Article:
Rice cultivars: Vieng (a traditional cultivar) −28.57
8 t ha
16 t ha
Wheat straw 350–550°
10 t ha
Rice (Oryza sativa L. ‘Wuyunjing 7’) 11.62
40 t ha
Lantana camara L.¶ 4 t ha
Wheat 11.42
Unknown# 15 g kg
French bean (P. vulgaris var. Anupama) 142.74
Fraxinus excelsior L., Fagus sylvatica L., and Quercus robur L., 450°C††
25 t ha
Dactylis glomerata 71.05
50 t ha
† Van Zwieten et al. (2010).
‡ Asai et al. (2009).
§ Zhang et al. (2010).
¶ Masto et al. (2013).
# Saxena et al. (2013).
†† Jones et al. (2012).
14 Igalavithana et al.
et al. (2013) observed a positive relationship between rapeseed (Brassica napus L.)
productivity and application rate of Miscanthus straw-derived biochar to soil. Van
Zwieten et al. (2010) reported 33 and 67% increases in wheat and soybean [Glycine
max (L.) Merr.] yields, respectively, at 2% (w/w) application of biochar to a soil,
indicating dierent responses of dierent crops (Table 3).
Recent meta-analysis conducted by Liu et al. (2013) for the biochars eect on
crop productivity showed that the biochar application rate was practically <30 t
and it would increase crop productivity by 11% on average irrespective to the
type of biochar. However, crop responses diverged with the experimental con-
ditions. Biochar performed beer in promoting crop growth in pot experiments
than in eld experiments in dryland crops than in wetland crops (rice [Oryza
sativa L.]) in sandy soils than in the loam and silt textured soils and in acid soils
than in neutral soils (Liu et al., 2013). The meta-analysis conducted by Jeery et
al. (2011) revealed that if the pH value of a soil (e.g., strongly acidic, pH < 5.0 soils
with high acidity) was not signicantly elevated through biochar amendment as
a result of the limited liming capacity of the test biochars applied at inadequate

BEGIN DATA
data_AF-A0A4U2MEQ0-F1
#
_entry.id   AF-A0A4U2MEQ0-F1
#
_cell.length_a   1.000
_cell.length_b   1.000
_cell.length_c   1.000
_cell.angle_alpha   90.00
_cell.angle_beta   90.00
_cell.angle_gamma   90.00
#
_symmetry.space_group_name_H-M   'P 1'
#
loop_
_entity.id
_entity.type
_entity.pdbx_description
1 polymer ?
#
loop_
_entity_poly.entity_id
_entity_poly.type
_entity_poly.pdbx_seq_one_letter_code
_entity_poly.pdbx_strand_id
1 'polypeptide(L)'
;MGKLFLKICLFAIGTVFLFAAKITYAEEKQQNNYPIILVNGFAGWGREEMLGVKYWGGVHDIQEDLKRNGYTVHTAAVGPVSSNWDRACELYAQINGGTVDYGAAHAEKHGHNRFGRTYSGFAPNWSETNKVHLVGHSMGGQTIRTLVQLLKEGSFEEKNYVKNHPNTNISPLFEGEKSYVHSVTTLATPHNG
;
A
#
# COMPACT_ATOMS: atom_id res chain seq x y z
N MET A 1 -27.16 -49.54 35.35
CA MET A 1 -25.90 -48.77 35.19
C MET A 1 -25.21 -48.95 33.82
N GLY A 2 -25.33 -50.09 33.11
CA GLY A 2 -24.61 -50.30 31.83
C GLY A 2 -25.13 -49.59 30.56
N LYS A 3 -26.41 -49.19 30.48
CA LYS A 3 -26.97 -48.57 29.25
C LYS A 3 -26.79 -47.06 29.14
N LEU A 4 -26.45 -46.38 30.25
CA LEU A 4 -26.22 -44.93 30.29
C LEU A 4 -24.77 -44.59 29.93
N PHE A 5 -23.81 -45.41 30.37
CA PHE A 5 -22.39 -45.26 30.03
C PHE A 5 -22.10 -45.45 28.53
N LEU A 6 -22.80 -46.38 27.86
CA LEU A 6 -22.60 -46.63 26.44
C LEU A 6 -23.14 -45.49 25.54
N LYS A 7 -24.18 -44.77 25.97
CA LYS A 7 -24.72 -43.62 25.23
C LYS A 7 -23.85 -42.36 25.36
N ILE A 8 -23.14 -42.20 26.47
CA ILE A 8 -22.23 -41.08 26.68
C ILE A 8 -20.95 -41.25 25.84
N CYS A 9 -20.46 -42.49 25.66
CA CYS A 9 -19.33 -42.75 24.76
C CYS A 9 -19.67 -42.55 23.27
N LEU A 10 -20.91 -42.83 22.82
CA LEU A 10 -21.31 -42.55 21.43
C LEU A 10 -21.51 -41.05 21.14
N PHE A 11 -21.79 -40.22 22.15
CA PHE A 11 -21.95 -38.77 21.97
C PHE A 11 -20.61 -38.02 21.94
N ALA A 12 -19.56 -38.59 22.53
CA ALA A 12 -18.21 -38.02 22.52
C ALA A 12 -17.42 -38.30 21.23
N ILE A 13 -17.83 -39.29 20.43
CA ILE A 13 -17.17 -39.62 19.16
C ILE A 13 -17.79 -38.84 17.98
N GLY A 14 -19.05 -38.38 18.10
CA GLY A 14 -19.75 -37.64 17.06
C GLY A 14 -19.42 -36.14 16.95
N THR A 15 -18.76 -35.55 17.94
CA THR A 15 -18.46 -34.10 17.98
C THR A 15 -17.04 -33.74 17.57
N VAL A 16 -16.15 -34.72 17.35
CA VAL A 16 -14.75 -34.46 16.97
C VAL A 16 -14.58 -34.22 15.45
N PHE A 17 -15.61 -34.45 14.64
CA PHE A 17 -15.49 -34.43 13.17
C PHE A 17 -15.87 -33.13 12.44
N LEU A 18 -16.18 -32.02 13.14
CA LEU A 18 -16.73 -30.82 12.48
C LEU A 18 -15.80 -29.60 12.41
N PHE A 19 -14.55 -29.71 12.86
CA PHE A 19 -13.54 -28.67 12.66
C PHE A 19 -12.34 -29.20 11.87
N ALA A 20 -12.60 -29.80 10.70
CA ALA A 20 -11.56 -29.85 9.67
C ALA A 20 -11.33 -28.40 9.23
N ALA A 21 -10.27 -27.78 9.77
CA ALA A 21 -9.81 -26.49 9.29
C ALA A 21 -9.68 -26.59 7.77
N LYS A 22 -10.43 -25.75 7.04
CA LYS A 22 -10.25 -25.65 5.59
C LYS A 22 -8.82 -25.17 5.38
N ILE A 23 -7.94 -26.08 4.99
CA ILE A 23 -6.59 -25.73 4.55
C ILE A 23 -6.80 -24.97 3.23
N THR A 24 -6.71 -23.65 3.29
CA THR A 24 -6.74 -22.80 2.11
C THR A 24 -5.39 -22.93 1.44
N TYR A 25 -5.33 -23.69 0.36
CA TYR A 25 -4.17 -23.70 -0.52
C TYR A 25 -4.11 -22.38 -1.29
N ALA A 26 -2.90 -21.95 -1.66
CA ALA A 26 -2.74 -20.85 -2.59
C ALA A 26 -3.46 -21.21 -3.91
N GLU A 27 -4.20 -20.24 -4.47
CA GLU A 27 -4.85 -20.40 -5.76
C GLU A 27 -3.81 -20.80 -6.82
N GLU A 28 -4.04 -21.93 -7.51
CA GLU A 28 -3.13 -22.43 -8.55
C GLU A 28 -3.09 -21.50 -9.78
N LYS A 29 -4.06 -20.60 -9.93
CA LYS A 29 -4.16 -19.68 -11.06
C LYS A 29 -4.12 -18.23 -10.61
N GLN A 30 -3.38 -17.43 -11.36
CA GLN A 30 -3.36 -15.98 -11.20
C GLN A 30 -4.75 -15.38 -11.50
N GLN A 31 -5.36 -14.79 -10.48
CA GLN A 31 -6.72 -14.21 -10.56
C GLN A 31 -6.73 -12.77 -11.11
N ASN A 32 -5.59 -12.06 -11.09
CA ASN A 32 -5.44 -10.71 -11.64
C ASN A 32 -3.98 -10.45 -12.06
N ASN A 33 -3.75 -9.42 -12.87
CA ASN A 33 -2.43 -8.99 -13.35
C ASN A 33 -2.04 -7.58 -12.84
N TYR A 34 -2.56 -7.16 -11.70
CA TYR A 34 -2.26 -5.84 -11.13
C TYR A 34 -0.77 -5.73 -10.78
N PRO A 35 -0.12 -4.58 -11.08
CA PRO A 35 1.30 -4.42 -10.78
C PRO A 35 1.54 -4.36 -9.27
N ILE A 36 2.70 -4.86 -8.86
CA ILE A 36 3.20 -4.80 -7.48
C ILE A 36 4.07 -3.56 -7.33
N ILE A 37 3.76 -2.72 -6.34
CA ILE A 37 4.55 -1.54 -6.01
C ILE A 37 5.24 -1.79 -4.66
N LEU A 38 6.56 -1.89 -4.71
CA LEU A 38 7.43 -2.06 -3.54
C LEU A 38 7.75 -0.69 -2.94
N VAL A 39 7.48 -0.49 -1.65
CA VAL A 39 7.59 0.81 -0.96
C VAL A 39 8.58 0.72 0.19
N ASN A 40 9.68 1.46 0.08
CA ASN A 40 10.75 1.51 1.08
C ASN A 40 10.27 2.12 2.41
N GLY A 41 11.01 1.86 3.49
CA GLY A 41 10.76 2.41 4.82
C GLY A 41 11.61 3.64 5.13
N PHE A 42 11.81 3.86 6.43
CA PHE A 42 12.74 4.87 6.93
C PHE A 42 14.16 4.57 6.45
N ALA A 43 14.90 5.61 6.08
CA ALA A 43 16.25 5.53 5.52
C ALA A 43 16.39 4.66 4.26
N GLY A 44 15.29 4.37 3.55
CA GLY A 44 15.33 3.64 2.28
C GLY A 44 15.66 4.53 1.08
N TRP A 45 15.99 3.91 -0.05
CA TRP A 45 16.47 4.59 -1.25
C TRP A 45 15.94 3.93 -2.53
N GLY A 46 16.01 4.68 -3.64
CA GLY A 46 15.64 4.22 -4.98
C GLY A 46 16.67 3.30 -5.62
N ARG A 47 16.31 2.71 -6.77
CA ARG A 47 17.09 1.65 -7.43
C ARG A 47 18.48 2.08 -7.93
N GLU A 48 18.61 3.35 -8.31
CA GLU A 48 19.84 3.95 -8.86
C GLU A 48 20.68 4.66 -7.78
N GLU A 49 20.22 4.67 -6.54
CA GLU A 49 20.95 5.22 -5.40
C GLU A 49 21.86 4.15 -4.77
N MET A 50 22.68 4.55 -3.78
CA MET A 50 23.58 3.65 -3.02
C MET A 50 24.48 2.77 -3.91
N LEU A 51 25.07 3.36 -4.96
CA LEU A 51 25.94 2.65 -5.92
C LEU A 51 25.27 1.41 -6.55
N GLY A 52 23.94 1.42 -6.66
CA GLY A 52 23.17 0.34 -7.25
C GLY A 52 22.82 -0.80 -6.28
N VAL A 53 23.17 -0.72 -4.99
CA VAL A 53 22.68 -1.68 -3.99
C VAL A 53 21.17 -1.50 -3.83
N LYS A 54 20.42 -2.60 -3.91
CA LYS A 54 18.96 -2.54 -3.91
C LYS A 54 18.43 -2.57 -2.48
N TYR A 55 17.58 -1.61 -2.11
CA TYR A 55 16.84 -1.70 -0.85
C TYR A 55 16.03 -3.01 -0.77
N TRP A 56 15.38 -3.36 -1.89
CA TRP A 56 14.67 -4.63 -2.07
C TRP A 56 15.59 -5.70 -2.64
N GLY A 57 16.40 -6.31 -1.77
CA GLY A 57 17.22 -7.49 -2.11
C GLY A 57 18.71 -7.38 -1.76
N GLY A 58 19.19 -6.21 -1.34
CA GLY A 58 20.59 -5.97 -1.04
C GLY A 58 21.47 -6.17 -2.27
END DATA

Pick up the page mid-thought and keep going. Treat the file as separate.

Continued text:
rates, crop responses were barely signicant. The authors further synthesized
that the main mechanisms for biochar amendment to promote crop growth may
be through a liming eect and an improved water holding capacity of the soil,
along with improved crop nutrient availability.In a eld trial growing durum
wheat (Triticum turgidum L.) in plots of pH 5.2 silt loam soils amended with 500°C
pyrolyzed wood charcoal at separately 30 and 60 t ha
, Vaccari et al. (2011) found
that biochar application increased the wheat biomass production and grain yield
by 30% relative to the unamended control treatment; the dierences between the
two amendment-rate treatments were not signicant. In addition, the biochar
eects on durum wheat growth remained into the next crop season. It suggested
that the eect of biochar amendment on crop productivity was long lasting and a
30 t ha
application rate was essentially sucient for wood charcoal amendment
in durum wheat production.
Jones et al. (2012) investigated the eects of biochar amendment on crop pro-
duction and soil quality in terms of C and N cycles. In a 3-yr study, the wood
biochar produced at 450°C was applied to crop eld having a sandy clay loam
soil at 0, 25, and 50 t ha
and fodder maize was grown in the rst year followed
by forage and hay grasses in the second and third year, respectively. The results
showed that biochar application promoted plant growth, increasing the foliar N
level in the second year and the aboveground biomass production in the third
year. However, the addition of biochar did not show any impact on dissolved
organic C and N, and NO
or NH
pools of the soil.
Based on the meta-analysis, Liu et al. (2013) emphasized that all biochars
did not show the same eect on crop production. For example, wood biochar,
crop residue biochar, manure biochar, and municipal waste biochar applied at
2% of soils improved crop productivity on average by 12.1, 2.6, 29.0, and 12.8%,
respectively. The authors further suggested that higher crop productivity could
be obtained by applying biochars produced at 350 to 550°C pyrolysis tempera-
tures (Liu et al., 2013). Ma et al. (2012) observed that wheat growth and N uptake
were stimulated signicantly following the biochar additions at the rates of 0.5, 1,
and 2% and the highest wheat growth and N uptake were recorded with biochar
produced at 750°C. In short, a biochar is an eective soil amendment to increase
N availability, decrease N loss, and improve the fertilizer use eciency.
The Eects of Biochar Amendment on Soil Fertility
The promotive eect of biochar amendment on crop growth is long last-
ing, extending over years (Zhang et al., 2012). The recalcitrant C in biochar could
remain in a soil for hundreds of years (Spokas, 2010); hence, the application of bio-
char to a soil is a long-term investment for agroecosystems.
Application of biochar to alkaline and calcareous soils in the arid and semi-
arid regions is generally limited as a result of its high pH value. Since these soils
are decient in organic maer and plant-available nutrients, the potential capac-
ity of biochar supplying nutrients could not be ruled out. However, appropriate
selection of suitable biochar is very important for improving the soil quality. For